Dynamics of optically levitated microparticles in vacuum placed in 2D and 3D optical potentials possessing orbital angular momentum

Yoshihiko Arita, Michael Mazilu, Mingzhou Chen, Tom Vettenburg, Juan M. Aunõn, Ewan M. Wright, Kishan Dholakia

Research output: Chapter in Book/Report/Conference proceedingConference contribution

Abstract

We demonstrate the transfer of orbital angular momentum to optically levitated microparticles in vacuum [1]. We prepare two-dimensional and three-dimensional optical potentials. In the former case the microparticle is placed within a Laguerre-Gaussian beam and orbits the annular beam profile with increasing angular velocity as the air drag coefficient is reduced. We explore the particle dynamics as a function of the topological charge of the levitating beam. Our results reveal that there is a fundamental limit to the orbital angular momentum that may be transferred to a trapped particle, dependent upon the beam parameters and inertial forces present. This effect was predicted theoretically [2] and can be understood considering the underlying dynamics arising from the link between the magnitude of the azimuthal index and the beam radius [3]. Whilst a Laguerre-Gaussian beam scales in size with azimuthal index ', recently we have created a "perfect" vortex beam whose radial intensity profile and radius are both independent of topological charge [4, 5]. As the Fourier transform of a perfect vortex yields a Bessel beam. Imaging a perfect vortex, with its subsequent propagation thus realises a complex three dimensional optical field. In this scenario we load individual silica microparticles into this field and observe their trajectories. The optical gradient and scattering forces interplay with the inertial and gravitational forces acting on the trapped particle, including the rotational degrees of freedom. As a result the trapped microparticle exhibits a complex three dimensional motion that includes a periodic orbital motion between the Bessel and the perfect vortex beam. We are able to determine the three dimensional optical potential in situ by tracking the particle. This first demonstration of trapping microparticles within a complex three dimensional optical potential in vacuum opens up new possibilities for fundamental studies of many-body dynamics, mesoscopic entanglement [6, 7], and optical binding [8, 9].

Original languageEnglish
Title of host publicationOptical Manipulation Conference
EditorsRyuji Morita, Takashige Omatsu
PublisherSPIE
ISBN (Electronic)9781510610057
DOIs
Publication statusPublished - 2017 Jan 1
EventOptical Manipulation Conference 2017 - Yokohama, Japan
Duration: 2017 Apr 192017 Apr 21

Publication series

NameProceedings of SPIE - The International Society for Optical Engineering
Volume10252
ISSN (Print)0277-786X
ISSN (Electronic)1996-756X

Conference

ConferenceOptical Manipulation Conference 2017
CountryJapan
CityYokohama
Period17/4/1917/4/21

Fingerprint

Angular momentum
microparticles
Angular Momentum
Vacuum
Vortex flow
angular momentum
orbitals
vacuum
Gaussian beams
Vortex
Three-dimensional
Gaussian Beam
vortices
Drag coefficient
Optical Binding
Angular velocity
trapped particles
Radius
Charge
Silicon Dioxide

All Science Journal Classification (ASJC) codes

  • Electronic, Optical and Magnetic Materials
  • Condensed Matter Physics
  • Computer Science Applications
  • Applied Mathematics
  • Electrical and Electronic Engineering

Cite this

Arita, Y., Mazilu, M., Chen, M., Vettenburg, T., Aunõn, J. M., Wright, E. M., & Dholakia, K. (2017). Dynamics of optically levitated microparticles in vacuum placed in 2D and 3D optical potentials possessing orbital angular momentum. In R. Morita, & T. Omatsu (Eds.), Optical Manipulation Conference [102520V] (Proceedings of SPIE - The International Society for Optical Engineering; Vol. 10252). SPIE. https://doi.org/10.1117/12.2275309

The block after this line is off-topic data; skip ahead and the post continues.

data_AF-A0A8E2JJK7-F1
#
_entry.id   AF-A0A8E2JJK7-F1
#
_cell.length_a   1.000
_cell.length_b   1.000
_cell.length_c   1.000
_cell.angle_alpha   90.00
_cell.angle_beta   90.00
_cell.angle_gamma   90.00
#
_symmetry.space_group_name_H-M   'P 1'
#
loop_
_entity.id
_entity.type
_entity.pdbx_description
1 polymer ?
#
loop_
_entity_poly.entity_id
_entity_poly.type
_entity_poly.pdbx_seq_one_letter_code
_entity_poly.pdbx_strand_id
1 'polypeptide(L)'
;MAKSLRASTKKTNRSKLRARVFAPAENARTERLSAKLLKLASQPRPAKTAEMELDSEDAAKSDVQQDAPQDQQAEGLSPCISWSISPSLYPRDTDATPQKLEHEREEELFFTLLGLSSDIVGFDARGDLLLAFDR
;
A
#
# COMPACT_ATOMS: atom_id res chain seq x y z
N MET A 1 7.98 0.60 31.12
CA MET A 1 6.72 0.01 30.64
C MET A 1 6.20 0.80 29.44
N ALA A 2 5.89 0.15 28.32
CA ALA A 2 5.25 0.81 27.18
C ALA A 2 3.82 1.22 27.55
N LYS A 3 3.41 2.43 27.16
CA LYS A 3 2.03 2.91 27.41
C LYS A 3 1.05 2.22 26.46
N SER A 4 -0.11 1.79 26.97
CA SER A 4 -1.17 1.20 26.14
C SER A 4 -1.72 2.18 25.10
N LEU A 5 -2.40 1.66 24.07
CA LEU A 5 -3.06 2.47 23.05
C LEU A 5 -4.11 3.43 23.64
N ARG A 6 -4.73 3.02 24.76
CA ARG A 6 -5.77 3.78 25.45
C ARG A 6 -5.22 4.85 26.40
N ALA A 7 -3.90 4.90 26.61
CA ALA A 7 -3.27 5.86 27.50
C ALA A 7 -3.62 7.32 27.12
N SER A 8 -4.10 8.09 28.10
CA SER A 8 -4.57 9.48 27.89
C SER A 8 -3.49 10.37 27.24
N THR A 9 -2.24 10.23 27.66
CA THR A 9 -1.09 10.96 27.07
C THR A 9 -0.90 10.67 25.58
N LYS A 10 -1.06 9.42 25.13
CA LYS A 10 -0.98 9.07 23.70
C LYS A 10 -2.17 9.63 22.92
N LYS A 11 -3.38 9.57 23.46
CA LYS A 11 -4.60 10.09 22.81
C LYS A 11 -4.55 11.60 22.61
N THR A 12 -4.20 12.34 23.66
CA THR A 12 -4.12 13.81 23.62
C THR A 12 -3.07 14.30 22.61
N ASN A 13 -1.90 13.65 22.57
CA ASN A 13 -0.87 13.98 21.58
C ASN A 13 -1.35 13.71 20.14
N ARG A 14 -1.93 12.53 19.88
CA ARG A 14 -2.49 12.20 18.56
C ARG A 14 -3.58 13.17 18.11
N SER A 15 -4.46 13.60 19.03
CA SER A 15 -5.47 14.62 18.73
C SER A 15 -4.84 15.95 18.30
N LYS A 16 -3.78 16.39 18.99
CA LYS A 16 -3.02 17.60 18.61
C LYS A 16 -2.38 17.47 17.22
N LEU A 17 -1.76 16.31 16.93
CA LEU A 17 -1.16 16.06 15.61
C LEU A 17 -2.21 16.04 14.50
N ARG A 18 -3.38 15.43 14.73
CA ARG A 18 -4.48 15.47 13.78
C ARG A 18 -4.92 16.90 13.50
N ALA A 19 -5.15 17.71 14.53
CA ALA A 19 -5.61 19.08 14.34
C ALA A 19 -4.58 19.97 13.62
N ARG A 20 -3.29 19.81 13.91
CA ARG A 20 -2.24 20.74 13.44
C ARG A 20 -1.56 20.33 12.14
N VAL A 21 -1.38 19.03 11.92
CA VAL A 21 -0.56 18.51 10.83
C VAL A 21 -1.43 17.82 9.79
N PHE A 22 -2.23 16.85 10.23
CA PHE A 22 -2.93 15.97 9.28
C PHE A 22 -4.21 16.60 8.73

Arita, Yoshihiko ; Mazilu, Michael ; Chen, Mingzhou ; Vettenburg, Tom ; Aunõn, Juan M. ; Wright, Ewan M. ; Dholakia, Kishan. / Dynamics of optically levitated microparticles in vacuum placed in 2D and 3D optical potentials possessing orbital angular momentum. Optical Manipulation Conference. editor / Ryuji Morita ; Takashige Omatsu. SPIE, 2017. (Proceedings of SPIE - The International Society for Optical Engineering).
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abstract = "We demonstrate the transfer of orbital angular momentum to optically levitated microparticles in vacuum [1]. We prepare two-dimensional and three-dimensional optical potentials. In the former case the microparticle is placed within a Laguerre-Gaussian beam and orbits the annular beam profile with increasing angular velocity as the air drag coefficient is reduced. We explore the particle dynamics as a function of the topological charge of the levitating beam. Our results reveal that there is a fundamental limit to the orbital angular momentum that may be transferred to a trapped particle, dependent upon the beam parameters and inertial forces present. This effect was predicted theoretically [2] and can be understood considering the underlying dynamics arising from the link between the magnitude of the azimuthal index and the beam radius [3]. Whilst a Laguerre-Gaussian beam scales in size with azimuthal index ', recently we have created a {"}perfect{"} vortex beam whose radial intensity profile and radius are both independent of topological charge [4, 5]. As the Fourier transform of a perfect vortex yields a Bessel beam. Imaging a perfect vortex, with its subsequent propagation thus realises a complex three dimensional optical field. In this scenario we load individual silica microparticles into this field and observe their trajectories. The optical gradient and scattering forces interplay with the inertial and gravitational forces acting on the trapped particle, including the rotational degrees of freedom. As a result the trapped microparticle exhibits a complex three dimensional motion that includes a periodic orbital motion between the Bessel and the perfect vortex beam. We are able to determine the three dimensional optical potential in situ by tracking the particle. This first demonstration of trapping microparticles within a complex three dimensional optical potential in vacuum opens up new possibilities for fundamental studies of many-body dynamics, mesoscopic entanglement [6, 7], and optical binding [8, 9].",